The emergence of AR (augmented reality) technology as part of the much-vaunted digital revolution sweeping the globe is set to be a boon for businesses across a wide range of industrial sectors. AR’s potential, especially when combined with other technologies like the Internet of Things (IoT), lies far beyond its current applications. In fact, companies around the world are already beginning to utilise AR solutions to gain a competitive edge over less tech-savvy rivals, as they begin to comprehend the considerable capacity of AR to generate business value in novel and innovative ways.
From humble beginnings as a gaming gimmick – the Oculus Rift springs to mind – the rapidly growing AR/VR (augmented reality and virtual reality) industry looks set to be the next big thing. In 2018, the burgeoning global augmented and virtual reality market was valued at a considerable US$26.7 billion, and is projected to reach approximately US$814.7 billion by 2025, according to Zion Market Research. It is also predicted that there will be 1 billion augmented reality users by 2020. What was once merely a gaming novelty has evolved to become a technology worth billions of dollars, with promising applications across a range of sectors.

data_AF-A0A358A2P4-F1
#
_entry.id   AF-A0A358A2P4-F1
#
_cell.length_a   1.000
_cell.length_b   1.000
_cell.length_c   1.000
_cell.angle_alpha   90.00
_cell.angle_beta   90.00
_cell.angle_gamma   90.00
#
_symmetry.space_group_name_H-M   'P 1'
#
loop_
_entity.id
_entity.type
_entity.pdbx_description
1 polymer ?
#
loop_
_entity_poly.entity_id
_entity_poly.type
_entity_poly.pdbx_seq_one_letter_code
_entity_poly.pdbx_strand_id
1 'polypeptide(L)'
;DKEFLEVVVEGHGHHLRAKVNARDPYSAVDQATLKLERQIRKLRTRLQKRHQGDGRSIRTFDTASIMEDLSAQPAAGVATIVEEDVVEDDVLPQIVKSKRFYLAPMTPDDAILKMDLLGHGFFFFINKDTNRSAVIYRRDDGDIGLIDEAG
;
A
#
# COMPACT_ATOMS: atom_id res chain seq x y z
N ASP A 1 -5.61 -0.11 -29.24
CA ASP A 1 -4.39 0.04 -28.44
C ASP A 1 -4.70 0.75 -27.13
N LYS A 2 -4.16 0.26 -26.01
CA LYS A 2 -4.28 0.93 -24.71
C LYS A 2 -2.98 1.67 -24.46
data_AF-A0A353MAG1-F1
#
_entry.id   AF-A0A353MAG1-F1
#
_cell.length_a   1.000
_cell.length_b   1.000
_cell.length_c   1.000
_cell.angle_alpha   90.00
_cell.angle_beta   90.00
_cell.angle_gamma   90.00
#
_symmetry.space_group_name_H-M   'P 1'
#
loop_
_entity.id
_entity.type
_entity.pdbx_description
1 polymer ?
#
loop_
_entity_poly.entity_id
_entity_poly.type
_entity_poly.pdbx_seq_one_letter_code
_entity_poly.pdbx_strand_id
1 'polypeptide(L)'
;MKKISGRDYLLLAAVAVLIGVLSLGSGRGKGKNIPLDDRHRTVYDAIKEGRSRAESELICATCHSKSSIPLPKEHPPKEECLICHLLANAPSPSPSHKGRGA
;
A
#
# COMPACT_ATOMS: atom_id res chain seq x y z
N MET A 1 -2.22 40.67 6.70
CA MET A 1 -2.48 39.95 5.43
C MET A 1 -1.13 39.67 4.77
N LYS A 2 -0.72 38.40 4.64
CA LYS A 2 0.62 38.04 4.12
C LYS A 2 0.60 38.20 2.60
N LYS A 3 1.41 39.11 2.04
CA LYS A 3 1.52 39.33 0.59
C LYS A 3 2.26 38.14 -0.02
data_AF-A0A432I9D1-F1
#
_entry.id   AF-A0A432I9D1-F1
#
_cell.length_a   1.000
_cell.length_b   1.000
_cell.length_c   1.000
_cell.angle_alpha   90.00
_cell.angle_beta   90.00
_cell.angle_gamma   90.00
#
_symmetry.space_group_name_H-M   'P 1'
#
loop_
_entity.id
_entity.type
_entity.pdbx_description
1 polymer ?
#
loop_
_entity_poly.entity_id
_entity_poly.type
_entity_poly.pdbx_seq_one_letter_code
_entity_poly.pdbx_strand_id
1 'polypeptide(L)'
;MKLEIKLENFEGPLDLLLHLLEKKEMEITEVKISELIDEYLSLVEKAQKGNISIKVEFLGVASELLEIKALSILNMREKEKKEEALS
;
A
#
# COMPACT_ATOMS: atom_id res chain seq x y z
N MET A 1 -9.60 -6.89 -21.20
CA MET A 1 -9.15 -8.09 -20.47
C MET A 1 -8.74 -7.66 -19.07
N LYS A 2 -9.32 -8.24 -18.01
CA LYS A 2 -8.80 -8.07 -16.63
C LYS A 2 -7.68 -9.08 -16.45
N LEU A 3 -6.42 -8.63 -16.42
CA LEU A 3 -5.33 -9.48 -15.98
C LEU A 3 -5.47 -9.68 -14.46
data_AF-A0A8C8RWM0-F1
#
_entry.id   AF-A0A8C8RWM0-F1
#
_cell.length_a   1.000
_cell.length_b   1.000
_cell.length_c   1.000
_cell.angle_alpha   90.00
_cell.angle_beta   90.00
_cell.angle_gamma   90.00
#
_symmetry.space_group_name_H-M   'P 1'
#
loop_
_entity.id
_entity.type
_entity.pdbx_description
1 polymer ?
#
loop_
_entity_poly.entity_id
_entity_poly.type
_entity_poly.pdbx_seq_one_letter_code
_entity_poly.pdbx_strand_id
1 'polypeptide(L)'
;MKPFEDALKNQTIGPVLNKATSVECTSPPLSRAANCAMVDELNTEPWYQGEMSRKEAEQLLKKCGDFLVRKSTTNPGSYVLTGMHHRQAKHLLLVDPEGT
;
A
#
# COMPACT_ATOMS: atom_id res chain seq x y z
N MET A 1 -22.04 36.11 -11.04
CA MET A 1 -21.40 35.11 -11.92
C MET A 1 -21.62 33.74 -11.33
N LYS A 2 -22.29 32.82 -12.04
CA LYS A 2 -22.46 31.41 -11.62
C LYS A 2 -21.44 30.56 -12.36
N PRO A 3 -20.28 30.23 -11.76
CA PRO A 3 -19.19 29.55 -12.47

For starters, let us get some definitions out of the way. Augmented reality (AR), simply put, is an offshoot of virtual reality (VR), and is a technology that overlays information and virtual objects on real-world scenes in real-time, using the existing physical environment and enhancing – or augmenting – it in order to create a new artificial environment. With this in mind, myriad novel applications begin to emerge. At the most basic level, these applications will provide customers with the unprecedented ability to visualize a product or experience a service before committing to a purchase. AR possesses almost limitless potential, and can create a visceral, vicarious, and yet virtual experience for a user.
Naturally, a virtual experience is a physically safe experience, and with a little imagination, the breadth and depth of AR’s potential applications become readily apparent. In just one example, AR could be a game-changer in the healthcare industry, particularly in surgery. AR/VR will allow doctors to better understand a patient’s anatomy pre-surgery, thus greatly mitigating risks and reducing the likelihood of adverse complications. AR/VR also has numerous other applications spanning retail, e-commerce, entertainment, real estate, and education. What was once child’s play has, quite literally, become serious business.
Helena Ma brings with her a wealth of experience and a truly cosmopolitan perspective, having lived and worked in Shanghai, China; Gothenburg, Sweden; and London, UK. Her stints in Europe and China has armed Helena with a potent blend of ancient Chinese wisdom and contemporary Western knowledge which she incorporates into business management and client project
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